Wednesday, November 18, 2009

Memoir Writing: Part of the Collective Human Consciousness

A discussion has been going on about whose stories we should be allowed to tell. Is it right, fair, just, or despicable for someone to write a 'memoir' and write about other people who have no chance to speak up for themselves or have imput into what you write? Then the discussion, as most online discussions do, devolved into bashing memoirs.

What are we put on this earth for if not to learn something from the lives we live and share that information with others. Or at the very least, delve into the events of that life and find the truth hidden deep inside. I write personal essays -- a form of memoir in essay form. And being the kind of person who pays very little attention to myself, I've written the essays about my husband. After all, who have I observed any closer for the past 38 years than him? I have a whole series of 'real men' essays about him. Not bashing him, but starting with an anecdote and going from there. Like the time he left a tip at a small seafood restaurant in Central Florida and the waitress came running out after him. She stopped, hesitated, asked if he meant to leave that tip and when he nodded she thanked him.

I believe the moment frightened him. I know it did me because he's by necessity a very frugal man. Very. Our son was with us and just stared open mouthed. But the anecdote wasn't truly about a large tip, it was about a man who stepped out of his economic constraints and rewarded someone who worked hard to make our meal a pleasure. It was about being frugal in a generous way and making his family proud to know him. And it was an opportunity for a son to see his father with new eyes. Each essay may have started with a story about my husband, but it truly said more about me. My focus of my husband had narrowed and I had forgotten what a generous man he truly was.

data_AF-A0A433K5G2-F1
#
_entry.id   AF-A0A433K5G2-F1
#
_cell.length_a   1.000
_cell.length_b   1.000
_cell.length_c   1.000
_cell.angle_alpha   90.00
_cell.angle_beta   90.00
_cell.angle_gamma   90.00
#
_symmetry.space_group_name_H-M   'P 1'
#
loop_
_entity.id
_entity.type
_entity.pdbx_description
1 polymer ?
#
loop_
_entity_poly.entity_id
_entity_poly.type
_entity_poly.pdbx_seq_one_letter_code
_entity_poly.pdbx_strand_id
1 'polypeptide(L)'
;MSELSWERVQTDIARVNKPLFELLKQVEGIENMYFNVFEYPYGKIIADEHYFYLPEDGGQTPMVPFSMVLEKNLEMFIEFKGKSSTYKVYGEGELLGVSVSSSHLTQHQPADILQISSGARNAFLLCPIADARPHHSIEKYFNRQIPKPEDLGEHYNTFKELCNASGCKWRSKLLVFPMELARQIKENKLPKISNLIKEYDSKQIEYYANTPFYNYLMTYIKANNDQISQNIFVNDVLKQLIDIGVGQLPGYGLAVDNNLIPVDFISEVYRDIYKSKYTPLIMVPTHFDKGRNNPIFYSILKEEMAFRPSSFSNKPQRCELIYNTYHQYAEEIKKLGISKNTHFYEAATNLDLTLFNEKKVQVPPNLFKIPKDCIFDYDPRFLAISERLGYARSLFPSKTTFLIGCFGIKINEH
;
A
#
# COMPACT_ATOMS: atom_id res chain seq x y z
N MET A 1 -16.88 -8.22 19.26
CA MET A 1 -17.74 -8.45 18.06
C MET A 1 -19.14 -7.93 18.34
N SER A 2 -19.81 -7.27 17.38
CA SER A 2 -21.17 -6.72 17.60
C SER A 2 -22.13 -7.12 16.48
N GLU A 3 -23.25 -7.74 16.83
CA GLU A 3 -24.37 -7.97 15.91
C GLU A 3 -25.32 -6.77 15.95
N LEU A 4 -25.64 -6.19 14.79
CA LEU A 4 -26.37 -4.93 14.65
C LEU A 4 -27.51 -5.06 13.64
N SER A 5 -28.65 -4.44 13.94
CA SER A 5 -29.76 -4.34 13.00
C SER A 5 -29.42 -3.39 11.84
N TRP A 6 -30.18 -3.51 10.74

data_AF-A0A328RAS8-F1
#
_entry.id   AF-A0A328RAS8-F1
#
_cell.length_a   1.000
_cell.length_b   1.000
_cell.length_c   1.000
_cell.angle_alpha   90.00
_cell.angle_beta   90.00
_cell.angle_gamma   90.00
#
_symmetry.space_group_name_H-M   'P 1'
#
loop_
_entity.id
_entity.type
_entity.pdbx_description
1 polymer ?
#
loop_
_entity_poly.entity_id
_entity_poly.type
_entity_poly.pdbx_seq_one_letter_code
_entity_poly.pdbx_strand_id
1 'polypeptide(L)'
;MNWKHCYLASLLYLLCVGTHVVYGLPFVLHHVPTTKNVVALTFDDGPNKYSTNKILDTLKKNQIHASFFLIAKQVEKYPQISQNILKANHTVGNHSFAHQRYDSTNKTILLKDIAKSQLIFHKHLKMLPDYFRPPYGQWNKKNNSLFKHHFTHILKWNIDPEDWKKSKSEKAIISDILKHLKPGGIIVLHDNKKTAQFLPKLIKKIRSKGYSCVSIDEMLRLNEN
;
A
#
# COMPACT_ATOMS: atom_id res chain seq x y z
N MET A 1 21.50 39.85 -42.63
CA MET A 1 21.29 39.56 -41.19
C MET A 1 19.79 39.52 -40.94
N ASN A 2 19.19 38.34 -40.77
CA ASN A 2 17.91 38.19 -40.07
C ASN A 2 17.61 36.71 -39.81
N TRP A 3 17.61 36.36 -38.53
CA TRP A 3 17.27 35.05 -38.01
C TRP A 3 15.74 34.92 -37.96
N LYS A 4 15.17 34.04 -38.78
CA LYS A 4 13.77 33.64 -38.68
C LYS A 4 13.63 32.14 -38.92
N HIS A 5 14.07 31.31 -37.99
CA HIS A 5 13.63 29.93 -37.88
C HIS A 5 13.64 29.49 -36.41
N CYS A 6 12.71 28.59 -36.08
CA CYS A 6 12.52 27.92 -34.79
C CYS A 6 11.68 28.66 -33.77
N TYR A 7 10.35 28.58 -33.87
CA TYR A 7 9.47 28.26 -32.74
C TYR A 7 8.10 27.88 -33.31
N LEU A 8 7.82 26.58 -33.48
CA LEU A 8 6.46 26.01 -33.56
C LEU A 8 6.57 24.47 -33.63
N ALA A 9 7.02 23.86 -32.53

So, when I finally had had enough of memoir bashing from this online discussion. This is what I wrote:
Memoir offers something that biography can't. If it didn't, then people wouldn't be compelled to write them. Or read them!

My brother and I grew up in the same house seven years apart. Obviously he a male, me female. We have the same parents and yet my brother and I are worlds apart in attitude and perception and just about everything else. So of course he will not see our childhood or parents or home the same way I do. And no one can see it the same way I do. It is MY STORY. Only I can tell it. Is it 'true' or 'factual'? I don't substitute things for effect. I don't exchange a cock fight when it was actually alley cats. But I do write it through my own eyes. Do I glamorize it? No. Is the focus narrow? Yes. Do I set it in the era drawing on what was going on in the world at that time -- yes. A personal essay and memoir too, work through things. The author begins at one point and is changed by the time he or she reaches the end. And the audience, if the piece is done well, get to see the change.

Do I censor it for fear of hurting someone's feelings? Sadly. Yes. But I do not advocate censoring 'self.'